Steak au Poivre

updated Feb 12, 2024

Peppercorn-crusted steak served with Cognac-cream sauce is the ultimate fancy French meal to make at home.


Prep15 minutes

Cook20 minutes to 25 minutes

Jump to Recipe
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Steak au poivre is a bistro mainstay for both lovers and drinkers. The origin story of the classic dish remains shrouded in mystery, yet many theories share a common thread. This dish of tender steak and its decadently boozy, creamy pan sauce began as a late-night indulgence. Some believed the peppercorns to be an aphrodisiac, while others claim that the pungent punch of pepper and rich cream was a balm after over-imbibing.

Fancy filet mignon might appear to be center stage, but make no mistake, this dish is all about the peppercorns and Cognac cream pan sauce. Here’s how to make bistro-style steak au poivre.

Credit: Photo: Alex Lepe; Food Styling: Rachel Perlmutter

What Steak Is Best for Steak au Poivre?

Traditionally, beef tenderloin — from which filet mignon steaks are cut — is used for steak au poivre. Interested in other steak options? Check in with your butcher or meat counter manager for help choosing a good-quality steak. New York strip, sirloin, and rib-eye steaks can all take the au poivre treatment, but the cook time may vary. Keep an instant read thermometer handy to monitor the steaks’ doneness.

Credit: Photo: Alex Lepe; Food Styling: Rachel Perlmutter

What Does au Poivre Mean?

Au poivre is French for preparing or serving with a generous amount of cracked pepper.

What Pepper is Best for Steak au Poivre?

There are many types of peppercorns out there, from red, pink, white, and green to Sichuan peppercorns, and Aleppo. We recommend a mixture of peppercorns for a well-rounded flavor. And remember, the key to this dish is using coarsely cracked pepper, never a fine grind.

Credit: Photo: Alex Lepe; Food Styling: Rachel Perlmutter

What to Serve with Steak au Poivre?

Steak au Poivre Recipe

Peppercorn-crusted steak served with Cognac-cream sauce is the ultimate fancy French meal to make at home.

Prep time 15 minutes

Cook time 20 minutes to 25 minutes

Serves 4

Nutritional Info


  • 4

    (6-ounce) beef tenderloin steaks

  • 1

    small shallot

  • 2 tablespoons

    whole peppercorns, preferably a mix of black, white, pink, and red

  • 1 teaspoon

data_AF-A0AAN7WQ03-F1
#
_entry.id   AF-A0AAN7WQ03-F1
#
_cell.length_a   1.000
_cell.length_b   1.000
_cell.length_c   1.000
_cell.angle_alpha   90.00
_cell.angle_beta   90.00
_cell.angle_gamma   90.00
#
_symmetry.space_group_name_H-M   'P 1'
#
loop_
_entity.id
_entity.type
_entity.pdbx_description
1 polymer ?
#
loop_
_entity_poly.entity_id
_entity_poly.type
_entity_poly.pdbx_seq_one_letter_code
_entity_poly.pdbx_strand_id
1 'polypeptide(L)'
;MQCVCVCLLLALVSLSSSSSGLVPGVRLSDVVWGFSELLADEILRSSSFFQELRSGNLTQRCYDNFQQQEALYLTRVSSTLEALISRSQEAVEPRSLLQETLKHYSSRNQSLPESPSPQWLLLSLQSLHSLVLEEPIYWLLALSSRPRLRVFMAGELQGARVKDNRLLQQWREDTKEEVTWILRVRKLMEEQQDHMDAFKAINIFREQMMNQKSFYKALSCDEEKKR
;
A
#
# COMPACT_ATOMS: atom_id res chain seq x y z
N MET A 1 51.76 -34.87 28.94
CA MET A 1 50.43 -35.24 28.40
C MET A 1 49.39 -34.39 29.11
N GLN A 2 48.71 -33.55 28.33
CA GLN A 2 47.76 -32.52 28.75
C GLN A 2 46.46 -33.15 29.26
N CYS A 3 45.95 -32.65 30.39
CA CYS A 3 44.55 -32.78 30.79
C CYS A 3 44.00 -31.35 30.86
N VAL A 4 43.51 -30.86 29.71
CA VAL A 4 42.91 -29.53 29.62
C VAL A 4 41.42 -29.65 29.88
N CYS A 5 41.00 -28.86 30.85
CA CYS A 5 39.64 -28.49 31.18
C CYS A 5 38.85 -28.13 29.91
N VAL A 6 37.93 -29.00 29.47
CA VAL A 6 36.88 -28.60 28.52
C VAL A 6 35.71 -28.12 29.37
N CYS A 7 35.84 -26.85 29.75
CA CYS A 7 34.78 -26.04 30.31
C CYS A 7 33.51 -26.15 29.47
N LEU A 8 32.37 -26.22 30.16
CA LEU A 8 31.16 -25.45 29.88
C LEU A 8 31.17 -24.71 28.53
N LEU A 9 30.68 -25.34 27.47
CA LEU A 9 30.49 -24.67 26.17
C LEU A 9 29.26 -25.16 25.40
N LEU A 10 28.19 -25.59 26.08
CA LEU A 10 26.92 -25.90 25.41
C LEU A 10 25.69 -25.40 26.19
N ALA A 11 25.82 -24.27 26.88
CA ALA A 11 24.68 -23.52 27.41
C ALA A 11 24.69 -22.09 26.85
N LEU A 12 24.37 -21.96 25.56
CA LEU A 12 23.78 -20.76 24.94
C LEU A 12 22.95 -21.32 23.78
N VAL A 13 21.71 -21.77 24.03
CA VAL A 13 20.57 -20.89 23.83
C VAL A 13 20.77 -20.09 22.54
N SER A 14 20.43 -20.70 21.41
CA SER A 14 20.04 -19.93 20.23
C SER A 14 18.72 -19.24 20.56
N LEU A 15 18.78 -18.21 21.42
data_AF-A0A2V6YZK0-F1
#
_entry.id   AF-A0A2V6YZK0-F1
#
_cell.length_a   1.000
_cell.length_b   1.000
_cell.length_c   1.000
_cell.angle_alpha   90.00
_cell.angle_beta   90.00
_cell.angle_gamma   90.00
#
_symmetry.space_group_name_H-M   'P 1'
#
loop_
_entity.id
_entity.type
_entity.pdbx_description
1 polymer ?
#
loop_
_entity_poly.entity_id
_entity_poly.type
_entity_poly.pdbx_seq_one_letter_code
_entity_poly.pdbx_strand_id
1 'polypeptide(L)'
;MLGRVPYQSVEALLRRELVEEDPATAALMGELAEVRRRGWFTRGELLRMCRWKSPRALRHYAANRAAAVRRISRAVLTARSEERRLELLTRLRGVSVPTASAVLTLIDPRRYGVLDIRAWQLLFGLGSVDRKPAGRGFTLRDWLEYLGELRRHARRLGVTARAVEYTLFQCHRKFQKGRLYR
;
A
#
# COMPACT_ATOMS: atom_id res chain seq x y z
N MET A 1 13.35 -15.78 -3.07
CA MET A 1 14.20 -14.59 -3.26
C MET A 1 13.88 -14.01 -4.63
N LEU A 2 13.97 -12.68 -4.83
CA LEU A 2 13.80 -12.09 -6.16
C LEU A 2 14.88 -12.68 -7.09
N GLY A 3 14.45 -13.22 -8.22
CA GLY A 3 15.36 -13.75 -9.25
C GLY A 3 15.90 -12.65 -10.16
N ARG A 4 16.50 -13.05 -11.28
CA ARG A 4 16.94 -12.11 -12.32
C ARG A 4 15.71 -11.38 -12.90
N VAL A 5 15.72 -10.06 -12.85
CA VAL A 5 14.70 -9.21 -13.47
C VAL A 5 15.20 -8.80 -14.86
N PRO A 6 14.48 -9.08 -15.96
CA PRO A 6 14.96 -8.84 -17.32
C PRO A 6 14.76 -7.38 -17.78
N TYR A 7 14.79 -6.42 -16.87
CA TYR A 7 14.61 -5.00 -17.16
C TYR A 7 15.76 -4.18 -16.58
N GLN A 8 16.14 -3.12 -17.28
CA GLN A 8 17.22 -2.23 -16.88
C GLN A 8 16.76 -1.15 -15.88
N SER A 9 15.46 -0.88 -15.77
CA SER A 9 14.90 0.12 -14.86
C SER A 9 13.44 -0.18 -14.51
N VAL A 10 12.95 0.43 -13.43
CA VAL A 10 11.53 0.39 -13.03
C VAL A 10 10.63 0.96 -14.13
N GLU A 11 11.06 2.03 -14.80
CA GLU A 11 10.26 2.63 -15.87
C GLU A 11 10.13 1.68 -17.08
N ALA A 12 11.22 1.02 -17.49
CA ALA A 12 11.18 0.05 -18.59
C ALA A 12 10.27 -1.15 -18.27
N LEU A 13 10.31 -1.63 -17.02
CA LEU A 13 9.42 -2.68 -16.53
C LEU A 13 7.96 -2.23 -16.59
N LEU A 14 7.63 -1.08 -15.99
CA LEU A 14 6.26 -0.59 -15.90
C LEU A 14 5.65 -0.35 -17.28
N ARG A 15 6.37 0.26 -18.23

kosher salt

  • 1 tablespoon

    olive oil

  • 3 tablespoons

    unsalted butter, divided

  • 1/4 cup

    Cognac or brandy

  • 1/2 cup

    beef stock

  • 1/2 cup

    heavy cream


  1. Remove any twine from 4 beef tenderloin steaks. Let sit at room temperature for 30 minutes. Meanwhile, finely mince 1 small shallot. Coarsely crush 2 tablespoons whole peppercorns in a mortar and pestle, or place the peppercorns in a kitchen towel and crush them with a meat tenderizer or cast iron pan.

  2. Season the steaks all over with 1 teaspoon kosher salt. Use your hands to press the crushed pepper onto the top and bottom of the steaks.

  3. Heat a large cast iron or stainless steel skillet over high heat until it starts to smoke. Add 1 tablespoon olive oil and 1 tablespoon of the unsalted butter, then add the steaks and cook until medium-rare and a brown crust forms, 2 to 3 minutes per side (an instant-read thermometer inserted into the steak should register about 130°F). Transfer the steaks to a plate or clean cutting board and cover with aluminum foil.

  4. Reduce the heat to medium. Add 1 tablespoon of the unsalted butter and shallot. Sauté until the shallot is translucent, about 1 minute. Remove the pan from the heat. Add 1/4 cup Cognac. Return the pan to medium heat and simmer, scraping up any browned bits stuck to the bottom of the pan, until mostly evaporated, 1 to 2 minutes.

  5. Add 1/2 cup beef stock, increase the heat to medium-high, and simmer until reduced slightly, 2 to 3 minutes. Add 1/2 cup heavy cream and the remaining 1 tablespoon unsalted butter. Stir until the sauce thickens enough to coat the back of a spoon, 2 to 3 minutes. Stir in accumulated juices on the steak plate or cutting board. Serve the steaks on a bed of the sauce, with more sauce spooned on top.

Recipe Notes

Substitutions: You can swap sherry, white wine, or whiskey for the Cognac or brandy.

Storage: Leftovers can be refrigerated in an airtight container for up to 3 days.